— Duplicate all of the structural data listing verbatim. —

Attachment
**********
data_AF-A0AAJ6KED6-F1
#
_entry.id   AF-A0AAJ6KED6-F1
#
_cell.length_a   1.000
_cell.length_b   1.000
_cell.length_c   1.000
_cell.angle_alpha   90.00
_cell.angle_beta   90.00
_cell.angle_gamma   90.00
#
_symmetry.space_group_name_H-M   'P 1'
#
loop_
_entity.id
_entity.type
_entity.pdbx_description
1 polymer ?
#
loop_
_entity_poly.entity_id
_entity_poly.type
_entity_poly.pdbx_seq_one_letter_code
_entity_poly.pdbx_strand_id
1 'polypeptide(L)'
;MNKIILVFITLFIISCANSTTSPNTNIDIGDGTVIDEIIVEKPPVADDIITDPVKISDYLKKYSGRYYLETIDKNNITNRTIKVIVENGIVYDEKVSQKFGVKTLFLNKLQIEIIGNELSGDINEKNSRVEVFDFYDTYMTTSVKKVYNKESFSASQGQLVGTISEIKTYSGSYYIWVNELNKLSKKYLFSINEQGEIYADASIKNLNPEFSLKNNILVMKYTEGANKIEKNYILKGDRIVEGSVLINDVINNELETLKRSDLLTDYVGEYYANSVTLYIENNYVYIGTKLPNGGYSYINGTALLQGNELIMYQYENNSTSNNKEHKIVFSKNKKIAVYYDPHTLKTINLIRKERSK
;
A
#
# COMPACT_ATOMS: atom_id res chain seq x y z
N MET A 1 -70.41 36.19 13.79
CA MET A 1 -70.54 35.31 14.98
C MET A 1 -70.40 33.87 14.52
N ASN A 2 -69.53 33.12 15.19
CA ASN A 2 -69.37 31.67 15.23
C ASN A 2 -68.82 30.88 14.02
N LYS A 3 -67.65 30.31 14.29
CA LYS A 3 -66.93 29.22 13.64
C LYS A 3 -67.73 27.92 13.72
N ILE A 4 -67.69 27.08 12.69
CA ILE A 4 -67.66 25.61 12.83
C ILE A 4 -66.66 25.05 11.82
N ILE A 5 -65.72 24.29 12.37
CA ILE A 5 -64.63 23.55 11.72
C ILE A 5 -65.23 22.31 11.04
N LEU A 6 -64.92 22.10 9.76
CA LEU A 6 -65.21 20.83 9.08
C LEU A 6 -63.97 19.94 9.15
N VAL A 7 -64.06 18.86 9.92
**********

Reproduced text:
data_AF-A0AAJ6KED6-F1
#
_entry.id   AF-A0AAJ6KED6-F1
#
_cell.length_a   1.000
_cell.length_b   1.000
_cell.length_c   1.000
_cell.angle_alpha   90.00
_cell.angle_beta   90.00
_cell.angle_gamma   90.00
#
_symmetry.space_group_name_H-M   'P 1'
#
loop_
_entity.id
_entity.type
_entity.pdbx_description
1 polymer ?
#
loop_
_entity_poly.entity_id
_entity_poly.type
_entity_poly.pdbx_seq_one_letter_code
_entity_poly.pdbx_strand_id
1 'polypeptide(L)'
;MNKIILVFITLFIISCANSTTSPNTNIDIGDGTVIDEIIVEKPPVADDIITDPVKISDYLKKYSGRYYLETIDKNNITNRTIKVIVENGIVYDEKVSQKFGVKTLFLNKLQIEIIGNELSGDINEKNSRVEVFDFYDTYMTTSVKKVYNKESFSASQGQLVGTISEIKTYSGSYYIWVNELNKLSKKYLFSINEQGEIYADASIKNLNPEFSLKNNILVMKYTEGANKIEKNYILKGDRIVEGSVLINDVINNELETLKRSDLLTDYVGEYYANSVTLYIENNYVYIGTKLPNGGYSYINGTALLQGNELIMYQYENNSTSNNKEHKIVFSKNKKIAVYYDPHTLKTINLIRKERSK
;
A
#
# COMPACT_ATOMS: atom_id res chain seq x y z
N MET A 1 -70.41 36.19 13.79
CA MET A 1 -70.54 35.31 14.98
C MET A 1 -70.40 33.87 14.52
N ASN A 2 -69.53 33.12 15.19
CA ASN A 2 -69.37 31.67 15.23
C ASN A 2 -68.82 30.88 14.02
N LYS A 3 -67.65 30.31 14.29
CA LYS A 3 -66.93 29.22 13.64
C LYS A 3 -67.73 27.92 13.72
N ILE A 4 -67.69 27.08 12.69
CA ILE A 4 -67.66 25.61 12.83
C ILE A 4 -66.66 25.05 11.82
N ILE A 5 -65.72 24.29 12.37
CA ILE A 5 -64.63 23.55 11.72
C ILE A 5 -65.23 22.31 11.04
N LEU A 6 -64.92 22.10 9.76
CA LEU A 6 -65.21 20.83 9.08
C LEU A 6 -63.97 19.94 9.15
N VAL A 7 -64.06 18.86 9.92